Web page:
The History of the Derma Roller

It’s no secret that we’re passionate about derma rollers and their benefits. But where did it all start? The practise of using derma rollers, sometimes referred to as micro-needling, is relatively recent in the world of beauty.

It has taken over a hundred years and research from across the globe to transform derma rollers into the tools we use today. Here’s a brief history of the derma roller.

The first derma roller was made by a German dermatologist

The first recorded example in the Western world comes from Ernst Kromayer (opens in new window). Kromayer was a German dermatologist. In 1905 he created a device made of rotating dental burrs attached to a dental drill – which doesn’t exactly sound like something we’d want using on our faces. Kromayer used this device to remove scars, birthmarks and hyperpigmentation.

No matter how dangerous it sounds, this was, in effect, the very first derma roller in history. Luckily for us, derma rollers have come a long way since then!

Dermatologists in New York modify Kromayer's early derma roller

We have New York dermatologist Abner Kurtin to thank for that. Kromayer’s early work went largely unacknowledged until Kurtin re-discovered it in the 1950s. He modified Kromayer’s prototype and used stainless wire brushes instead of burrs. Thanks to Kurtin and other dermatologists of the time, such as Alexis Carrel (opens in new window), New York become the epicentre of pioneering dermatology experimentation. By the mid-1990s, dermatologists working under Alexis Carrell had transformed derma rollers and were using them to treat scars and wrinkles.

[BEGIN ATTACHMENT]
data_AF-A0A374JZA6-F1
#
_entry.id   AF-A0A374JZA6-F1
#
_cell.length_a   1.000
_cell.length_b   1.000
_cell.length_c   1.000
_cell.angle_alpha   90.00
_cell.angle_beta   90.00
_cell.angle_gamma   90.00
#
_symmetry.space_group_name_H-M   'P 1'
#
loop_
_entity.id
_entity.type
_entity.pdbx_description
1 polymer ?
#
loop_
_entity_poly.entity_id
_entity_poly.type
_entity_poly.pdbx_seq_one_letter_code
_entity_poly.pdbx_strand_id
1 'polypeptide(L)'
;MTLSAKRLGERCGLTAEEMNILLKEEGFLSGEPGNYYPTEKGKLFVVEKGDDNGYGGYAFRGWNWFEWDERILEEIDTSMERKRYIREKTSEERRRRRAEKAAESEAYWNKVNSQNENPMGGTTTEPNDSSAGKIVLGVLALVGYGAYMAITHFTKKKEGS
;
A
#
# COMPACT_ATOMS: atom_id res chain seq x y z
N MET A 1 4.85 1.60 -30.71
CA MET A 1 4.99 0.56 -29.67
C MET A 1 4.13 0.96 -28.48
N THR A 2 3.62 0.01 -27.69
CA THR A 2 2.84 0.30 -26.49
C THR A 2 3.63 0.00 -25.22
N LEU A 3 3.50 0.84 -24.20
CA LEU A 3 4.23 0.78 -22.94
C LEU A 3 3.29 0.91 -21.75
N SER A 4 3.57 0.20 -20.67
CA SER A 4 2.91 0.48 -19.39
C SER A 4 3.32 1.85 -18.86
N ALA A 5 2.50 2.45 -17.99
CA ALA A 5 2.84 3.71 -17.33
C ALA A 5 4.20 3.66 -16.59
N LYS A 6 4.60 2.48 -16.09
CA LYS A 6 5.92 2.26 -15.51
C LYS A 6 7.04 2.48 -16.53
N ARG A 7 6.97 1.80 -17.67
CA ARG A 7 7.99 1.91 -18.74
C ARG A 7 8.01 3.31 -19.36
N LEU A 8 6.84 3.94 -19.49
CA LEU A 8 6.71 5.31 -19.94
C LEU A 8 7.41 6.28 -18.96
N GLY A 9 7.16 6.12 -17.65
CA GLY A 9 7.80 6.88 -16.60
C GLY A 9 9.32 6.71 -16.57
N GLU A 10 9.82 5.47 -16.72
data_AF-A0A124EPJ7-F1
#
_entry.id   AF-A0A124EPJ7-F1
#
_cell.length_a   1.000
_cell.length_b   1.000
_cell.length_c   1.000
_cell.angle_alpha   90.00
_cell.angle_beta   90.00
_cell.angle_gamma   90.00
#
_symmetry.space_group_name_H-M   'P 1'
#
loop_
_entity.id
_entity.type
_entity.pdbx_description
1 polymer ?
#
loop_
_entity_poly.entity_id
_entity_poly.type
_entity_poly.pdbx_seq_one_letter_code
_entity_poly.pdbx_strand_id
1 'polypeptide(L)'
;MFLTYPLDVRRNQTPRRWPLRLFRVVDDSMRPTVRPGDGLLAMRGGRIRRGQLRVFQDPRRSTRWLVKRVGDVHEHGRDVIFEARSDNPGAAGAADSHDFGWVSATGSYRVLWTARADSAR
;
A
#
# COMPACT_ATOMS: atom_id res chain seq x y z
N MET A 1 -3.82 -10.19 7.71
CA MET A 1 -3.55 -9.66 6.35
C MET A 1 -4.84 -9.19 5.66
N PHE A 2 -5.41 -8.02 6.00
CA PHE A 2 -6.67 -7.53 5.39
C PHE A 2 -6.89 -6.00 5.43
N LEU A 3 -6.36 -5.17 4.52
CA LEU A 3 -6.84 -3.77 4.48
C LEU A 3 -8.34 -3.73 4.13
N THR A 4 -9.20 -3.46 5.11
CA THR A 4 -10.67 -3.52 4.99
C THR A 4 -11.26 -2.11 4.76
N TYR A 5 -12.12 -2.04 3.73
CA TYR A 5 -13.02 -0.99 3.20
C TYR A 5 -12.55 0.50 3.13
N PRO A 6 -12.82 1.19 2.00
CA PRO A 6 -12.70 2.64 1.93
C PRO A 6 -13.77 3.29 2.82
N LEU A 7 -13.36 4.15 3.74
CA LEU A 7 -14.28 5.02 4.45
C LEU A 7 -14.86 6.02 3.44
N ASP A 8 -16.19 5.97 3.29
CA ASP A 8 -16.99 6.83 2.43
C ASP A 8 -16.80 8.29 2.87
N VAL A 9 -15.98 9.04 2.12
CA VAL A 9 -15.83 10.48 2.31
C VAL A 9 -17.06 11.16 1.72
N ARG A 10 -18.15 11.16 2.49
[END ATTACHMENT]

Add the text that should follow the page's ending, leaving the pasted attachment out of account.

Developments in Canada and South Africa

At the same time, similar breakthroughs were being discovered in Canada and South Africa. A Canadian plastic surgeon, Andre Camirand, and his associate, Jocelyne Doucet, had devised a practise where skin coloured tattoos were inked onto patient’s skin.

It was thought that these tattoos reduced the appearance of scarring. But, after a number of sessions, the dermatologists realised it wasn’t the tattoos at all but the needles that were doing the work.

The first derma stamp

Over in South Africa, Dr Des Fernandes had been experimenting with different tools, creating a small needle stamp. He was using the stamp in his practise after he realised it’s benefits for the production of collagen.

Dr Fernandes’ online profile (opens in new window) states, ‘I have pioneered skin needling techniques which have eventually become internationally recognised as the safest, most effective way of treating lax skin, wrinkles, scars and stretch marks despite the resistance of my colleagues’.

It’s thanks to the work of all these dermatologists that derma rollers have evolved into the tools we know and love today!

If you’re interested in getting your own derma roller, you can browse our range of products here.

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